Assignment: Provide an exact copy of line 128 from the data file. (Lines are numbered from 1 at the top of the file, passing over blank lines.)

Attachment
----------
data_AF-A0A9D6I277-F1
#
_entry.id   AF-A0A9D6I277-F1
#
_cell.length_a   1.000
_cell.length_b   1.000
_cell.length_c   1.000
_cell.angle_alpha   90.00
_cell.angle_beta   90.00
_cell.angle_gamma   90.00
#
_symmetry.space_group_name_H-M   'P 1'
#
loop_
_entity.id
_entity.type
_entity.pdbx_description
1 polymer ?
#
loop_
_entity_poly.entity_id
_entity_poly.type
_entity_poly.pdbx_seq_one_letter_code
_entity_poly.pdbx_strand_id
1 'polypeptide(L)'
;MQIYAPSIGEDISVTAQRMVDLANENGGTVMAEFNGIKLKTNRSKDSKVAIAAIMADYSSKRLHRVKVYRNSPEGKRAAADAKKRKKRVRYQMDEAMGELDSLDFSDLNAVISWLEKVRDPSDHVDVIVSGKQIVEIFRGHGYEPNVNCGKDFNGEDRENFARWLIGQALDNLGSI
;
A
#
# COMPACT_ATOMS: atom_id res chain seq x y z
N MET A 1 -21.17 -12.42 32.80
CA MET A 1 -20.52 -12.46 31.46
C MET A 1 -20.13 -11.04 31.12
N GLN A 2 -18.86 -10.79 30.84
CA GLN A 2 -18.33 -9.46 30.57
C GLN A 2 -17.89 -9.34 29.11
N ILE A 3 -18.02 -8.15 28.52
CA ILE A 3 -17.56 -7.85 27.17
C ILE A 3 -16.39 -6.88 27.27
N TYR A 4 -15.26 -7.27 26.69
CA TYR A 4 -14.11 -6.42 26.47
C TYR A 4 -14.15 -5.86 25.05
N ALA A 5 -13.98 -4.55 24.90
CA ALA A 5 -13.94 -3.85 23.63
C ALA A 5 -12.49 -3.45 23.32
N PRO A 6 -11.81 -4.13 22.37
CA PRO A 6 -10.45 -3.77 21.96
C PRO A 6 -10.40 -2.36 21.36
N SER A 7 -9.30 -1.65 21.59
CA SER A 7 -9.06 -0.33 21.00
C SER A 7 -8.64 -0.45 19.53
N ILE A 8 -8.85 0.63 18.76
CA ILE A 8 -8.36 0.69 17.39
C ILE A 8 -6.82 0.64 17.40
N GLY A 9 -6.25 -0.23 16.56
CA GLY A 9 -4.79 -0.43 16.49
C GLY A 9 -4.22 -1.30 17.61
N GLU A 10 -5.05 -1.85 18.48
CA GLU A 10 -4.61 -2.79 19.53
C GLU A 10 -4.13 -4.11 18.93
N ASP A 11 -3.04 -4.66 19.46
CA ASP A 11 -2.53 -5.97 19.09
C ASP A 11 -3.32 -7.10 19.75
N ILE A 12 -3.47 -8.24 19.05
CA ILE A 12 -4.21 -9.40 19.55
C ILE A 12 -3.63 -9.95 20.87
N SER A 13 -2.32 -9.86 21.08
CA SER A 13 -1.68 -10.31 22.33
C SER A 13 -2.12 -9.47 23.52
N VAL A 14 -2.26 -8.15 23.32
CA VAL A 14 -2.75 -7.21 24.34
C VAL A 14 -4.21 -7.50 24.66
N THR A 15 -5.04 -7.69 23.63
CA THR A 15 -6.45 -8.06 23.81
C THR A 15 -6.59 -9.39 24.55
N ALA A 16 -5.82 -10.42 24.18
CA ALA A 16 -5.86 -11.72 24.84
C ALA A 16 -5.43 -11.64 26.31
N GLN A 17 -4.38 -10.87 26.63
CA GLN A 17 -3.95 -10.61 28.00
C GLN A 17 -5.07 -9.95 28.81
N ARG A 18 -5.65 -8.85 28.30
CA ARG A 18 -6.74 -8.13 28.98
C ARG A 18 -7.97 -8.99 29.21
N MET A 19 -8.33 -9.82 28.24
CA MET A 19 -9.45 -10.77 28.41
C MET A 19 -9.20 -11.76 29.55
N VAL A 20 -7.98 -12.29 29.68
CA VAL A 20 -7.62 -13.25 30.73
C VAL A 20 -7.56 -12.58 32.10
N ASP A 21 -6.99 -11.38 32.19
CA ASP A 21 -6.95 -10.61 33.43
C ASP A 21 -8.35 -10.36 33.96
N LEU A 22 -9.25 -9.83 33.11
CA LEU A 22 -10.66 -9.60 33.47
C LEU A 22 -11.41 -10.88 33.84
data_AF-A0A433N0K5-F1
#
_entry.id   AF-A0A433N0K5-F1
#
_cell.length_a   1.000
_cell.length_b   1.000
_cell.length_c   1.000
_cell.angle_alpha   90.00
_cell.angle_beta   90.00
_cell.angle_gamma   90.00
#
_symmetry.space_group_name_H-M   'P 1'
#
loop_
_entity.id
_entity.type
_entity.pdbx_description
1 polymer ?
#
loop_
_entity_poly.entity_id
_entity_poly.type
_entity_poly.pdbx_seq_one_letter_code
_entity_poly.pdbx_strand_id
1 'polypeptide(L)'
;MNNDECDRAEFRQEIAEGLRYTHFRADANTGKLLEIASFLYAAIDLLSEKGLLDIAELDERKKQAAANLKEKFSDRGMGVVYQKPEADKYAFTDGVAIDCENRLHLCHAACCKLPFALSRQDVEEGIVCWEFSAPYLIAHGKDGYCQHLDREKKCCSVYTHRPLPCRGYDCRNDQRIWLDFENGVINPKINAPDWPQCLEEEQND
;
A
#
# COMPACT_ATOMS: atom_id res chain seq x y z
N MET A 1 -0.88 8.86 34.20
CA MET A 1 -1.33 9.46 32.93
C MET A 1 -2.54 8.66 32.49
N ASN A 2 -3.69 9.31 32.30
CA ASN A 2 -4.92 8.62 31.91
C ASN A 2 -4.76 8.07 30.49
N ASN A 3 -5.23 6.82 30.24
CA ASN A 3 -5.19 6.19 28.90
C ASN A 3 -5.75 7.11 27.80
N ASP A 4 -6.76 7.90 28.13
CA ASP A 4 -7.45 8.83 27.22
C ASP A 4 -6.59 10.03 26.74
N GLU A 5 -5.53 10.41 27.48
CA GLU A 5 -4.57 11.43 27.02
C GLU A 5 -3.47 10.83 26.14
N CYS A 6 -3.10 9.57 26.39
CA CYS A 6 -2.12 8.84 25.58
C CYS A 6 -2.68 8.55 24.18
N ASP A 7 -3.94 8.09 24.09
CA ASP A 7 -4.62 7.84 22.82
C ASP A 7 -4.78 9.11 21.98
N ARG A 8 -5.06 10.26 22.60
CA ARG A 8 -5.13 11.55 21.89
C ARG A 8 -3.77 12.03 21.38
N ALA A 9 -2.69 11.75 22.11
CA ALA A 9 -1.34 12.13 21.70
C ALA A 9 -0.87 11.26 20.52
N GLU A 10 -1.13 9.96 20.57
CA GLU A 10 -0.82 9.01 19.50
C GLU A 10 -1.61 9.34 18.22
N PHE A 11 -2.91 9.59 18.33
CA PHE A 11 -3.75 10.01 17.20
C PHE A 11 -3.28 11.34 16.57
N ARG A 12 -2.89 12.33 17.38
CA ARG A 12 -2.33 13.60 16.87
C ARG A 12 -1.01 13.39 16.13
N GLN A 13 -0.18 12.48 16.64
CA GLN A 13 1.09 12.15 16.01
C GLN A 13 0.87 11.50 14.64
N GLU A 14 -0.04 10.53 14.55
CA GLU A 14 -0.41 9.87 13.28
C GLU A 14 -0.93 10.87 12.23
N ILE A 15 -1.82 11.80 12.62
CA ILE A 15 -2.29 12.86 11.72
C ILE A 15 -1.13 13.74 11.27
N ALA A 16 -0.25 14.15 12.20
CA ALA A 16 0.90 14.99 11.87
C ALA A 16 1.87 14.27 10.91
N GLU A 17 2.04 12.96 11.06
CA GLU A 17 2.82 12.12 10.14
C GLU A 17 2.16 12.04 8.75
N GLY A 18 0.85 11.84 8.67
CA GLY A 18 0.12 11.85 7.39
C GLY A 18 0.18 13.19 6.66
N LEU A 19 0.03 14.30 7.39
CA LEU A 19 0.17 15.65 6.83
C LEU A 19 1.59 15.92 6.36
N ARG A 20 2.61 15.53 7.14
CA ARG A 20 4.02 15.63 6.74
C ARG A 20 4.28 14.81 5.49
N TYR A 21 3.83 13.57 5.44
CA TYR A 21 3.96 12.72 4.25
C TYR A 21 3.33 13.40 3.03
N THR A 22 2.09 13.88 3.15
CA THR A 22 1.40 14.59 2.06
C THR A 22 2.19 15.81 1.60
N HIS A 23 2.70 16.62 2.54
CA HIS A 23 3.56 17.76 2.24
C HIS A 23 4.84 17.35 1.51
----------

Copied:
CA MET A 1 -1.33 9.46 32.93